I am a bit reticent to spout off ideas without knowing the basic facts or parameters.
I am okay if BD passes on my e-mail address to you. You could send me a note and I would be happy to talk with you. I apologize if you feel I have dodged your question.
I'm sorry this seems late, but I had to find that rascal Buddy Larsen and get his permission to use his email. He was happy to oblige, and I want to add that I have picked his brilliant mind over this, as well. Email him and he will connect us.
Thank you so much!
I think I have to spread the address out ....
buddy last name at geemale dot com. Scrunch it together after you decode it with your Magic Decoder Ring. :)
I will stick this same comment up later in case you miss this.
Wanted to express my gratitude for the yeoman work MF is doing in keeping up with this government gale wind we are fated to endure for the nonce.
...also, among the many many reasons that the producers of any mandated product should not be unionized, what if all public employee unions decided to say, take 2010 off, with full pay? What would we --or POTUS or congress, desire, or be able to, do about it? Where are our tools, short of the November election?
We had a teachers' strike in Billings several years ago and both of my kids were affected. Upshot: the days when the schools were closed were made up by extending the school year and on Saturdays. Alleged reason: to meet the state requirements. Apparent reason to me: so teachers got paid (at the higher rate) for the days they would otherwise have missed. So the teachers had almost nothing at risk when they went out, knowing that the days would be made up and paid for later. I sent my daughter to maybe half of the makeup Saturday sessions. Still mad about that one.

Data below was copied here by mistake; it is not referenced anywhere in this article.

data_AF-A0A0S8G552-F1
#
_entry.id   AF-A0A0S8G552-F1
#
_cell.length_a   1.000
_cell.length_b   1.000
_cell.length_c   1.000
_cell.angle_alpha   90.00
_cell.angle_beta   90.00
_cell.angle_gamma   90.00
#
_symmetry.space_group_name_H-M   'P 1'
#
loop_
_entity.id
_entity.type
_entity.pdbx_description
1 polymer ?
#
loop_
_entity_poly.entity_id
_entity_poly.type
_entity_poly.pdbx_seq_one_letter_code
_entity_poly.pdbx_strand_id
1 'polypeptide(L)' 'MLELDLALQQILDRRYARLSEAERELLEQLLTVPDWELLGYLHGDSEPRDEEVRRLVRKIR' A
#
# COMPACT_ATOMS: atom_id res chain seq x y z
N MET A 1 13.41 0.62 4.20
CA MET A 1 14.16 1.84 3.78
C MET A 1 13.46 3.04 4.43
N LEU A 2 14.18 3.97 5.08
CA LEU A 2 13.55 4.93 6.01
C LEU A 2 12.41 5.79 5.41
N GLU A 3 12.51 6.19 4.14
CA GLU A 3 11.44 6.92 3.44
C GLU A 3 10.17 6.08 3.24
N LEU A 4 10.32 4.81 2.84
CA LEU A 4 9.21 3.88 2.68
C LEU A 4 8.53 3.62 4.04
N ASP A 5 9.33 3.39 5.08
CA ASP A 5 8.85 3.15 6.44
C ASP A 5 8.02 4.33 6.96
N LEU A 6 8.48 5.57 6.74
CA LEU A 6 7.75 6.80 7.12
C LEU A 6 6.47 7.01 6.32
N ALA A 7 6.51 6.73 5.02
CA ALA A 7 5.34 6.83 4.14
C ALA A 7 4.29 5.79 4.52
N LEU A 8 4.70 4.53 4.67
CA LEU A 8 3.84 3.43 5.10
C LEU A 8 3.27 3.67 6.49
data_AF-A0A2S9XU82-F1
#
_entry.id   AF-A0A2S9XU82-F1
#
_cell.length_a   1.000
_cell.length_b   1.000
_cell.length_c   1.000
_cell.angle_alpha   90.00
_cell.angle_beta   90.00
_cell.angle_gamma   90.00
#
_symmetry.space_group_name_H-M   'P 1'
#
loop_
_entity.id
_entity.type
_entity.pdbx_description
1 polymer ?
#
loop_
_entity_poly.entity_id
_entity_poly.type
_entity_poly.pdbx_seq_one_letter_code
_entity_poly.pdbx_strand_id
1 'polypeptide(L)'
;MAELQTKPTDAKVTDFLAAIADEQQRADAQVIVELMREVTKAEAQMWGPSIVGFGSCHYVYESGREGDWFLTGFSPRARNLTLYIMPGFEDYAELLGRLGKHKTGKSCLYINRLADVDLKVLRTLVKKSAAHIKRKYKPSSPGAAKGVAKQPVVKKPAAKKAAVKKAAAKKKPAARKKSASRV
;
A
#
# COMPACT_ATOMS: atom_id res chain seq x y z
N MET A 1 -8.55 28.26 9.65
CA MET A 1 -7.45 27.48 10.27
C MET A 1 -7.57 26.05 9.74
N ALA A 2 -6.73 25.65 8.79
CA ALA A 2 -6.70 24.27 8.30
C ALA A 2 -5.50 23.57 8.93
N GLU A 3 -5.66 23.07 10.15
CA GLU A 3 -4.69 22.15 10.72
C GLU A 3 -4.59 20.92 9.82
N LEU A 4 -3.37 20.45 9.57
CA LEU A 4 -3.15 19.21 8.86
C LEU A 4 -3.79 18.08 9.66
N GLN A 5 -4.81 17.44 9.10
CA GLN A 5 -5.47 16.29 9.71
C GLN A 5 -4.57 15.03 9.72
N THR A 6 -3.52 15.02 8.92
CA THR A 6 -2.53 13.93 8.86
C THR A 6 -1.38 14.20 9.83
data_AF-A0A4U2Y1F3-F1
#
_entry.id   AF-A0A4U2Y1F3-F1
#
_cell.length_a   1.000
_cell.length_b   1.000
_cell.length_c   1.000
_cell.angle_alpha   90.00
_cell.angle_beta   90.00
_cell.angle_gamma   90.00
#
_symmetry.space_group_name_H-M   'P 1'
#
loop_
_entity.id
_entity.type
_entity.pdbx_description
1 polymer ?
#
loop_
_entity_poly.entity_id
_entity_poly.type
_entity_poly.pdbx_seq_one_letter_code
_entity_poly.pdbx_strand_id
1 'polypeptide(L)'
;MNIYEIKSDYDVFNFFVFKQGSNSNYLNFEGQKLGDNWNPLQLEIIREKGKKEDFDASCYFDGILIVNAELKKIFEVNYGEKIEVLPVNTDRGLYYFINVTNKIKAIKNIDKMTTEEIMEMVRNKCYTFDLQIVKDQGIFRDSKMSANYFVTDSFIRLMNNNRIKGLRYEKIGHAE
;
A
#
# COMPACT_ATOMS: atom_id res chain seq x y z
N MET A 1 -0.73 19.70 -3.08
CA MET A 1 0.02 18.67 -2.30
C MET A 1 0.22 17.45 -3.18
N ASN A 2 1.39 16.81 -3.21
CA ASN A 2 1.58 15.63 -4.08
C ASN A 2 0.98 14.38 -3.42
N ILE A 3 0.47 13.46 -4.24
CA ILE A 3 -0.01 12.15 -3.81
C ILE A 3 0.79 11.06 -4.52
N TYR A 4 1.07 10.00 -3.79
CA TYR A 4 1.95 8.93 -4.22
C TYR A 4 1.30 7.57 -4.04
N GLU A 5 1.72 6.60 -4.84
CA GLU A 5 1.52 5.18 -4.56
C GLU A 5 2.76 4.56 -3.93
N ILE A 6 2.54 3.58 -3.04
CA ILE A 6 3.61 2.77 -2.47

State requires 180 of teaching. If an area loses five days due to snow, they have to make it up if it surpasses the built-in snow days in every calendar.
I'm amazed you experienced a teachers' strike. They don't happen often.
Is Cash for Refrigerators so bad ? Four years ago my local utility picked up my old refrig for $45. My new frig uses about 40 kwh/mo, about 100 KWH /mo less than my old one , which translates in to about $7/mo less. That means less capacity that the utility has to invest in.
Granted, I would have bought the new frig regardless, as the old one was nearly dead, but I don't see how the utility got hurt that much.
The town hall videos are amazing, but the one that really got my attention was the astonishingly snide and condescending "listening session" conducted by an AARP hack who felt her job consisted of telling paid-up AARP members to shut up so she could listen to them. Were they a rowdy group, shouting so loud that no one could hear individual questions? Not at all. They were speaking one at a time, in complete sentences, with force but also with courtesy. The woman running the meeting, in contrast, should find another line of work.
I never really intended to sign up for organization, though they're always writing me about it. This pretty much does it. They'll never get a penny from me.
I notice that the AARP website has no provision for contact by email. Smart choice for them.